Is it Time for a New Free Speech Fight? Thoughts on Whether the First Amendment is a Friend or Foe of Labor

Source: Catherine Fisk, University of California, Berkeley – UC Irvine School of Law, Research Paper No. 2017-27, May 30, 2017

From the abstract:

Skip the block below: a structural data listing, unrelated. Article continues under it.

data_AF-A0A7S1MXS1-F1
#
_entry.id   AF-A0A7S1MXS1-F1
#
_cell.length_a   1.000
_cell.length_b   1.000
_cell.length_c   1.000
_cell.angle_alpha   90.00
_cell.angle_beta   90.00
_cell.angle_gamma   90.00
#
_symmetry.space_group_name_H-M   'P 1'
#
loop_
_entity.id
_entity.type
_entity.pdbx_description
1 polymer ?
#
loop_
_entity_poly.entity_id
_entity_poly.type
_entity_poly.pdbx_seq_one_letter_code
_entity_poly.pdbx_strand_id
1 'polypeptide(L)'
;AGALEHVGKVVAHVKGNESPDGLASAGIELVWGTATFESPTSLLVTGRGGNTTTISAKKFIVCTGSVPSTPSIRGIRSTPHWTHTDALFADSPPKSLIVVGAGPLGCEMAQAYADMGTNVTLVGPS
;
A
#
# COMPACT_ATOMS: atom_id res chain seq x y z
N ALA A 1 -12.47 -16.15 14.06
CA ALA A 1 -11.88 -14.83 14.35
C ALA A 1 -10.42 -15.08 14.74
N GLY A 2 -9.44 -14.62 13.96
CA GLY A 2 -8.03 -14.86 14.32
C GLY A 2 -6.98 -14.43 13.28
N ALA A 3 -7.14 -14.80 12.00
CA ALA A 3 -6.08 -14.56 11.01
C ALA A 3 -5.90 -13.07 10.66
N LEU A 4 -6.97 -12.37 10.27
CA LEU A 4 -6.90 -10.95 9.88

The First Amendment, at least in the Supreme Court, hasn’t been much of a friend to labor unions. Among the few First Amendment rights that the Supreme Court has expanded in the labor union context recently is the right of union represented employee to refuse to pay fees to the union that represents them. Notwithstanding reasons to believe the contemporary First Amendment is more likely to be foe than friend of labor, history suggests the contrary. This essay explains why, making three arguments. First, social movements exist only where and when there is a robust commitment to free speech, and workers have real power only when labor has the capacity to be a social movement. Second, labor gained power as a social movement by engaging in protest and it started down the path to losing power when, in a series of cases decided between 1941 and 1960, the Supreme Court largely eliminated constitutional rights to picket and boycott. In the early 1960s, just when the Court finished creating the labor protest exception to the free speech clause, it extended First Amendment protection to civil rights and antiwar protest. Just as civil rights protesters drew on the sit down strike pioneered by labor in the 1930s, the Supreme Court found a First Amendment right to engage in civil rights protest by drawing on the cases that labor unions had won in 1939 and 1940. Third, the literature on the role of lawyers for social movements between the 1930s and now suggests the importance of law to how lawyers advise their clients. The only hope for the future of the labor movement is in cultivating a spirit of protest. Without the right to engage in robust protest, labor lawyers are in a difficult place when they advise their clients, and can do little to create the legal space to enable workers and social justice activists to launch a new round of free speech fights of the sort that brought the labor movement into power in the 1930s.